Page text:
If you’ve updated your kitchen in recent years, you probably have a stove with a flat surface and no visible burners. A glass top stove is a pleasure to cook on and a joy to behold. When it’s clean, that is. Unfortunately, stovetops take a beating.
They become the repository for all kinds of foodstuffs, including hardened tomato sauce, splattered bacon, and nightmare messes such as vegetable oil mixed with eggs. The list goes on. Overflowed pasta water. Burnt-on sugar from candy making. Spilled cheesy soup.
And that’s not counting the mars and scratches you can get dragging your pans over the surface. Sometimes wiping with a damp sponge makes oopsies go away, but on other occasions, it just adds a little water to the mess.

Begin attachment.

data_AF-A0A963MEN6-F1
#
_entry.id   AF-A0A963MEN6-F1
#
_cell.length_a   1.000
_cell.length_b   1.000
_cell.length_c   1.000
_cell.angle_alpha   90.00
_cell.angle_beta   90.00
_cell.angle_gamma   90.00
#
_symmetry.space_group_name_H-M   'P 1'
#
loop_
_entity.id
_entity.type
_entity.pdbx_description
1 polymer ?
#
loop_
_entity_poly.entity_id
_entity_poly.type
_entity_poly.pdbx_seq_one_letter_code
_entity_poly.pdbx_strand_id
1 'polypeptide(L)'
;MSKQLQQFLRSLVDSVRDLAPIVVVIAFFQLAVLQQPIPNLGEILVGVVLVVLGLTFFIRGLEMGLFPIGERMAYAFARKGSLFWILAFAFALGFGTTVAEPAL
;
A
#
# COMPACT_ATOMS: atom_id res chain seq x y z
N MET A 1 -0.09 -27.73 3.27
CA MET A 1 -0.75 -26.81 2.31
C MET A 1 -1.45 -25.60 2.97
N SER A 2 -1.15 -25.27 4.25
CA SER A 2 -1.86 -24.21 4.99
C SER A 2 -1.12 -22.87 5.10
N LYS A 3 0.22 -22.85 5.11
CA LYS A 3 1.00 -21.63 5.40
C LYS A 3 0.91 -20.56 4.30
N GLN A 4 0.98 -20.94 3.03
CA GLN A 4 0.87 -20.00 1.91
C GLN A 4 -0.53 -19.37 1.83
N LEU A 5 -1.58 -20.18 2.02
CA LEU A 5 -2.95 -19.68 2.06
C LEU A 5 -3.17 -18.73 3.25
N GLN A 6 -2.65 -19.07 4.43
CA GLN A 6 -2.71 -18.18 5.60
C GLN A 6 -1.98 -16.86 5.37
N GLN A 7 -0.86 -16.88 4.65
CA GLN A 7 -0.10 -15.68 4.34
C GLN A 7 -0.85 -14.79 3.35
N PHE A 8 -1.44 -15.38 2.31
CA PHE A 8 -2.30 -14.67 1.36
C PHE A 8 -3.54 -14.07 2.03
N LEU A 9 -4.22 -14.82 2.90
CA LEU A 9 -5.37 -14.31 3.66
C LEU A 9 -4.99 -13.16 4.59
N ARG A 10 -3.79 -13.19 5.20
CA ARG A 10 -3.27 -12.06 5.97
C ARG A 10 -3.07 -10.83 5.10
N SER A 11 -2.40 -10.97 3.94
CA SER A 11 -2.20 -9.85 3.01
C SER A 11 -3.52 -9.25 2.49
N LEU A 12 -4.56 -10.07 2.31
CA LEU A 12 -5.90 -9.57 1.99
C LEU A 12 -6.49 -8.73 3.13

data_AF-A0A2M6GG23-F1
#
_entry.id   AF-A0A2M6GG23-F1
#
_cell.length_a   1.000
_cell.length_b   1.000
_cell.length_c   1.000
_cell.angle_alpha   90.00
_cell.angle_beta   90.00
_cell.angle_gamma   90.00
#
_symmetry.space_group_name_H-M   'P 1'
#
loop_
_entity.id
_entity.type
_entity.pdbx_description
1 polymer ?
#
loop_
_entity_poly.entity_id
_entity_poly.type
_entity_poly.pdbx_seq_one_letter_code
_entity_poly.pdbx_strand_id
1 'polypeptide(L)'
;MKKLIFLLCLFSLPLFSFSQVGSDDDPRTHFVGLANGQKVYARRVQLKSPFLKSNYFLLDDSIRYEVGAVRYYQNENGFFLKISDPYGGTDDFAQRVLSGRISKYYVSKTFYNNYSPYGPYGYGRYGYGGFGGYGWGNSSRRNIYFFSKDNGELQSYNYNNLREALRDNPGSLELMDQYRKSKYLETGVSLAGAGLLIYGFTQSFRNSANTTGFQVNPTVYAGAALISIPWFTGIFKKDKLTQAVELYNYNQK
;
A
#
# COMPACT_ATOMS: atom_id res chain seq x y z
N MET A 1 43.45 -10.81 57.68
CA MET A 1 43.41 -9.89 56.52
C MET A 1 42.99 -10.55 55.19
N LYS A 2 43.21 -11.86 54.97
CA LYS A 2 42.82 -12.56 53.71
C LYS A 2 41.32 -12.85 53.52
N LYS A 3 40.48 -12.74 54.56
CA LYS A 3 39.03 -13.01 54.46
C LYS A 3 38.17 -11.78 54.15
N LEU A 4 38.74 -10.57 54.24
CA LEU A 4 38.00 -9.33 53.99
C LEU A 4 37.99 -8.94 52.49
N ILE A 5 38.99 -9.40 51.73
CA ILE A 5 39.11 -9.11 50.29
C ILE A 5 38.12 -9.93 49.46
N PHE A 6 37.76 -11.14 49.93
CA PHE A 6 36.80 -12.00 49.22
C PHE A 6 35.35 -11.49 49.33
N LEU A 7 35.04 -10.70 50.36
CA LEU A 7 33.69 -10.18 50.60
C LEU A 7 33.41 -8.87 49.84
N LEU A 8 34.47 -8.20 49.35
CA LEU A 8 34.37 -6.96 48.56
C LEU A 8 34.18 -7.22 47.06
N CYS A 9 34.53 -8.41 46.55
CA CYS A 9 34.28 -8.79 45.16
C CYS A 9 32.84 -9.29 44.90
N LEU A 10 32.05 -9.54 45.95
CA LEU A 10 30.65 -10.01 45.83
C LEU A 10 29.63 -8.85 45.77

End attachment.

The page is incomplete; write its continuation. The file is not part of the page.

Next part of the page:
In some ways, it’s easier to clean a glass top stove than the old-fashioned kind. For example, you don’t have to get in and scrub under the burners. But glass tops come with their own set of problems. While modern tops resist a lot of stains, they’re don’t repel everything.
They’re more fragile than metals and require more considerate care. The surfaces can get scratched. You might not notice a scratch on a metal stove, but it can ruin the appearance of a glass top. And when you’re cleaning, you can’t lean into them and apply a lot of force.
How To Keep Glass Top Stoves Clean
Stove glass tops are easier to clean if you don’t let them get marred or excessively dirty in the first place. There are a few ways to keep a routine cleaning problem from becoming a substantial one.
First, wipe up spills and splatters promptly. Use a damp sponge or a cloth. If parts of the surface are hot, you may have to wait for them to cool, but don’t wait until tomorrow. Even a top that looks clean may have invisible layers of grease. If you continue to cook, that grease can burn, bond to the surface, and leave a residue.